5 Most Famous Royal Gamblers in the History

When it comes to kings, queens, and presidents of the past, their hobbies are often hidden in history. Not every book tells how a Tudor monarch almost lost the bell tower of the capital’s oldest cathedral, and what Marie Antoinette’s mother taught her daughter. Today, we invite you to dive into history and read about 5 of the most gambling personalities of the past.

1. Henry VIII

Henry VIII was a very hot-tempered and inconsistent monarch. He renounced the Roman Church twice, executed his wives, and prohibited gambling, although he was a passionate gambler himself. The king called himself the best gambler in England, which was almost true: Henry learned almost all gambling activities in the country, but his most favorite were cards, dice, and backgammon. Once, Henry VIII bet the bells from St. Paul’s Cathedral and lost them in dice. He didn’t want to play for free, however, the winner did not have a chance to enjoy it for a lifetime. Soon, he was executed for his treason, and the bells remained in the cathedral. 

2. Charles II

Charles II was fifteen years old when the English Revolution started. This made the throne’s successor escape in France for almost a decade. During this time, the young king discovered gambling. After the restoration of the monarchy, he finally ascended the English throne. He also brought gambling to his motherland, which was legal throughout the country and became a passion among the nobles.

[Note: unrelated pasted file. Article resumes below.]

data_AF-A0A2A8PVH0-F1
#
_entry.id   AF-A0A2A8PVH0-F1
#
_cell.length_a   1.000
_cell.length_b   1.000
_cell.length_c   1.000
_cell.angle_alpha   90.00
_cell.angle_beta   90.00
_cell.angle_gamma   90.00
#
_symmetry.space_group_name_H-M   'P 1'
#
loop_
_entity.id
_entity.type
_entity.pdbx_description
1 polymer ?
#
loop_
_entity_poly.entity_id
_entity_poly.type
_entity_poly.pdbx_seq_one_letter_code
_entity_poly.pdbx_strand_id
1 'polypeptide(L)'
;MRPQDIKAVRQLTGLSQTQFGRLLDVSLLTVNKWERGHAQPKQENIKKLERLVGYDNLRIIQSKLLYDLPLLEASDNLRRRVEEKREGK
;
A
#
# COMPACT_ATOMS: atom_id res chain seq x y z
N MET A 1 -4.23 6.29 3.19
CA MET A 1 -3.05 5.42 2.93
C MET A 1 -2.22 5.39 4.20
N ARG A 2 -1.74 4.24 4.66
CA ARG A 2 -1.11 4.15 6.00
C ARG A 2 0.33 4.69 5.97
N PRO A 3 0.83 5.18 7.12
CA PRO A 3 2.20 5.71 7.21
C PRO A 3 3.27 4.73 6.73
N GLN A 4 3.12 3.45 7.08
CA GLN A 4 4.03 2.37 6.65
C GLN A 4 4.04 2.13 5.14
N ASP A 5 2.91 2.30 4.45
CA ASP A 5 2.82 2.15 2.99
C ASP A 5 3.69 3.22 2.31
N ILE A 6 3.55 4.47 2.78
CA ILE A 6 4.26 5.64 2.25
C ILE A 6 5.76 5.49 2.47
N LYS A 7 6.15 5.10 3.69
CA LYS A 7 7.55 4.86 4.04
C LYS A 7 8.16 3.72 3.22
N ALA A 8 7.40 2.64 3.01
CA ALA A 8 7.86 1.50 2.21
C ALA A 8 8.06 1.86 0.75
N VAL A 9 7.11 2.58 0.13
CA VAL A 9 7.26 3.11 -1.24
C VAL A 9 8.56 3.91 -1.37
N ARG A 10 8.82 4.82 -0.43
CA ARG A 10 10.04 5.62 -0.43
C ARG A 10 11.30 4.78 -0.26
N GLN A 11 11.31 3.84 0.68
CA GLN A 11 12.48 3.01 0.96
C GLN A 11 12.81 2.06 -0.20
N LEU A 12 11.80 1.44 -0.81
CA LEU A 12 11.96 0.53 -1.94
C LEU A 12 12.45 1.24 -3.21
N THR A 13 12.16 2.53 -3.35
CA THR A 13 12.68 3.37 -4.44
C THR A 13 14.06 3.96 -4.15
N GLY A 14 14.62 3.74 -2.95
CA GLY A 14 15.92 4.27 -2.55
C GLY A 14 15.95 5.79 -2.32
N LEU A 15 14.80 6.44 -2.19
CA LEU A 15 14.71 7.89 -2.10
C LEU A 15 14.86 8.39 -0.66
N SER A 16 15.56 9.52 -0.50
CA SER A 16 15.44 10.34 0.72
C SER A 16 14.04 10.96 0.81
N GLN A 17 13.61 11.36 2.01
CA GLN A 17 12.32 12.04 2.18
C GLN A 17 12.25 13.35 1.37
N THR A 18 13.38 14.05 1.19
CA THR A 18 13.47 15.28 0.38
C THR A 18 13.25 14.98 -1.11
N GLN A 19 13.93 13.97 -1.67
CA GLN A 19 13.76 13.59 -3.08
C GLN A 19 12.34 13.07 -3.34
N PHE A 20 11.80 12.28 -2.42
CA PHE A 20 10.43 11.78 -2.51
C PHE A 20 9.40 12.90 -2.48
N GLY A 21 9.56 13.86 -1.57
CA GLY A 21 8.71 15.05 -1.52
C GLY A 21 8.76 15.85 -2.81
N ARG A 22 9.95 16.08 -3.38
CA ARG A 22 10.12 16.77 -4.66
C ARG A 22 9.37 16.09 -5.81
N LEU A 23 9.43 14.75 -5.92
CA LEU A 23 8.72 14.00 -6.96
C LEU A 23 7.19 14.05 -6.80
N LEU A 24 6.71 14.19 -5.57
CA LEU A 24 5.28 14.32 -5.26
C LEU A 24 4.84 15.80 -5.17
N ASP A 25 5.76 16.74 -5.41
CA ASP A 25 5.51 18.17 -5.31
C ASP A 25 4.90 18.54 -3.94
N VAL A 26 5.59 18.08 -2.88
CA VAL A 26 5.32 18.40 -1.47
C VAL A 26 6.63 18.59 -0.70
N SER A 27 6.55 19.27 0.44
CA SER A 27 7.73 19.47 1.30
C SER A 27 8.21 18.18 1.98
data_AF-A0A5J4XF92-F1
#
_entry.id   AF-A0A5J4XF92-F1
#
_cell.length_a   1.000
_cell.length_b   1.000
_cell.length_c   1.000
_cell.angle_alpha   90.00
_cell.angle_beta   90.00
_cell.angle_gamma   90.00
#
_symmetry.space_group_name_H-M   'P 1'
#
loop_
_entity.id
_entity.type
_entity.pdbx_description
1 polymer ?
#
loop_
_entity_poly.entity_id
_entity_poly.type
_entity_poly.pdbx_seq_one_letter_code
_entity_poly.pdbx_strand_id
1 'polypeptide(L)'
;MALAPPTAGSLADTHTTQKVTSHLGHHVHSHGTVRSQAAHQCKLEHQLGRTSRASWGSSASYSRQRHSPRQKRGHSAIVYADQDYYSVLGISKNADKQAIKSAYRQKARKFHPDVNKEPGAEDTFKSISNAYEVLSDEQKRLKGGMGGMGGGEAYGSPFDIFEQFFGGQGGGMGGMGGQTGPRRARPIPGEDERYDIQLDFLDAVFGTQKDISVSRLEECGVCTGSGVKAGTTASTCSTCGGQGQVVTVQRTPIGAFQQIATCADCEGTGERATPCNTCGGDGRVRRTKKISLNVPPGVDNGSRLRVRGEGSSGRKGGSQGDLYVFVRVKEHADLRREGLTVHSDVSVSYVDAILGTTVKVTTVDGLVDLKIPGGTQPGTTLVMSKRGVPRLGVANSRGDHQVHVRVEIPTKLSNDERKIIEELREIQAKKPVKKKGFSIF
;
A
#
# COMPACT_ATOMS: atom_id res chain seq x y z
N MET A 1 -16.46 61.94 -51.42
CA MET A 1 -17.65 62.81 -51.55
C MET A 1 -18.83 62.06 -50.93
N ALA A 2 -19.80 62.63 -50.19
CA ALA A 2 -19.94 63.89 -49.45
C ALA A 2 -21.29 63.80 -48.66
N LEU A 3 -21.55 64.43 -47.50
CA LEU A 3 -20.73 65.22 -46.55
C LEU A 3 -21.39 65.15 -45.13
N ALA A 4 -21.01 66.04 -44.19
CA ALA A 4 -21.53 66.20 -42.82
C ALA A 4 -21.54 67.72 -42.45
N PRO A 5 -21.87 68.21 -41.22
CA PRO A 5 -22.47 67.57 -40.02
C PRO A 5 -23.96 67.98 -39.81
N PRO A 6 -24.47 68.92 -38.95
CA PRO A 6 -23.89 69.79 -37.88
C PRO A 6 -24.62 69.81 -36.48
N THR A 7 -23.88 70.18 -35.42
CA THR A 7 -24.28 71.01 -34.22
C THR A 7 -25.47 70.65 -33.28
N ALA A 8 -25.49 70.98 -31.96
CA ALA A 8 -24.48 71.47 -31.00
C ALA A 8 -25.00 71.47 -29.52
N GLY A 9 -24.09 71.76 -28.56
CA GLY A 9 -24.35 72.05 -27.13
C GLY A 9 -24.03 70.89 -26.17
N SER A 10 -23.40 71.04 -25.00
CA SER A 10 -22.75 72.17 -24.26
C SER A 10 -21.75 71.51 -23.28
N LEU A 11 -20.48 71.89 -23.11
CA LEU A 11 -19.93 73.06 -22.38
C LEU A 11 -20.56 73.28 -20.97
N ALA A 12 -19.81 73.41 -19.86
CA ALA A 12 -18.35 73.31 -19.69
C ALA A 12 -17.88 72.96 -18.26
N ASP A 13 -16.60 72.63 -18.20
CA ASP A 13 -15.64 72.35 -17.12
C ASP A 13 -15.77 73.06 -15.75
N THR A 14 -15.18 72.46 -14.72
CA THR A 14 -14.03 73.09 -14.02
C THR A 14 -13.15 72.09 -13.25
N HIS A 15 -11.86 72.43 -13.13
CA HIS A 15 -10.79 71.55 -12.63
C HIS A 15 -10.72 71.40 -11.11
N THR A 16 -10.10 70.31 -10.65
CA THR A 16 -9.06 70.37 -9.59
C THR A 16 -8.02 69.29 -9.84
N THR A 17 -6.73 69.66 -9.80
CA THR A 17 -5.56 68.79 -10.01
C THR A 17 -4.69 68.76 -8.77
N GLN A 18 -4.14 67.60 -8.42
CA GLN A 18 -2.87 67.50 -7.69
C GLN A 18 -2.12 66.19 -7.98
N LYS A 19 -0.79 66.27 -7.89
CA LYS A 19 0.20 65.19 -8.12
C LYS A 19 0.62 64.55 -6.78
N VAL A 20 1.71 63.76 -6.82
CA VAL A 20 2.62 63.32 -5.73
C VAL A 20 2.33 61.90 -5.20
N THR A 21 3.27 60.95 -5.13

3. Louis XIV

Louis the Fourteenth was a true king, including his passion for gambling. The king made gambling an expensive hobby of the French aristocracy. Cards became almost the main activity of the Palace of Versailles. At least three times a week, the royal apartments were open for card meetings, but this was not enough for the noblemen, and they arranged extra tournaments. To entertain the guests, the king and his queen regularly acted as croupiers.

4. Marie Antoinette

The wife of Louis XVI, Marie Antoinette was a scandalous and at the same time charming person. She came from the royal family of Austria and was a foreigner in France. The courtiers disliked her and, feeling this dislike, the queen looked for ways to distract herself. She spent time at balls, hunting, horse racing, but mostly gambling. She was taught to play by her mother, who was convinced that without this skill, her daughter could easily be left without money. Marie Antoinette emerged as a brave gambler: the stakes were very high. The king, to protect the treasury from the wife’s expenses, forbade her to play. Marie Antoinette made the last game in the last three days.

5. Franklin Roosevelt

He regularly played poker at his official residence a couple of times a week. Some argue that Roosevelt fingered poker chips during his Fireplace Conversations radio broadcasts, in which he spoke directly to ordinary Americans. On the last night of Congress sessions, the head of the White House always played poker matches. Harry Truman inherited this unusual hobby from his predecessor. However, whether for Roosevelt gambling was just a nice pastime, then for Truman it was a diplomatic tool.

In Conclusion

There are many more world leaders that participated in gambling with pleasure. For some of them, it was only a hobby, while others used gambling games for political reasons. Perhaps, they knew that gambling reveals all the best and worst traits of people.

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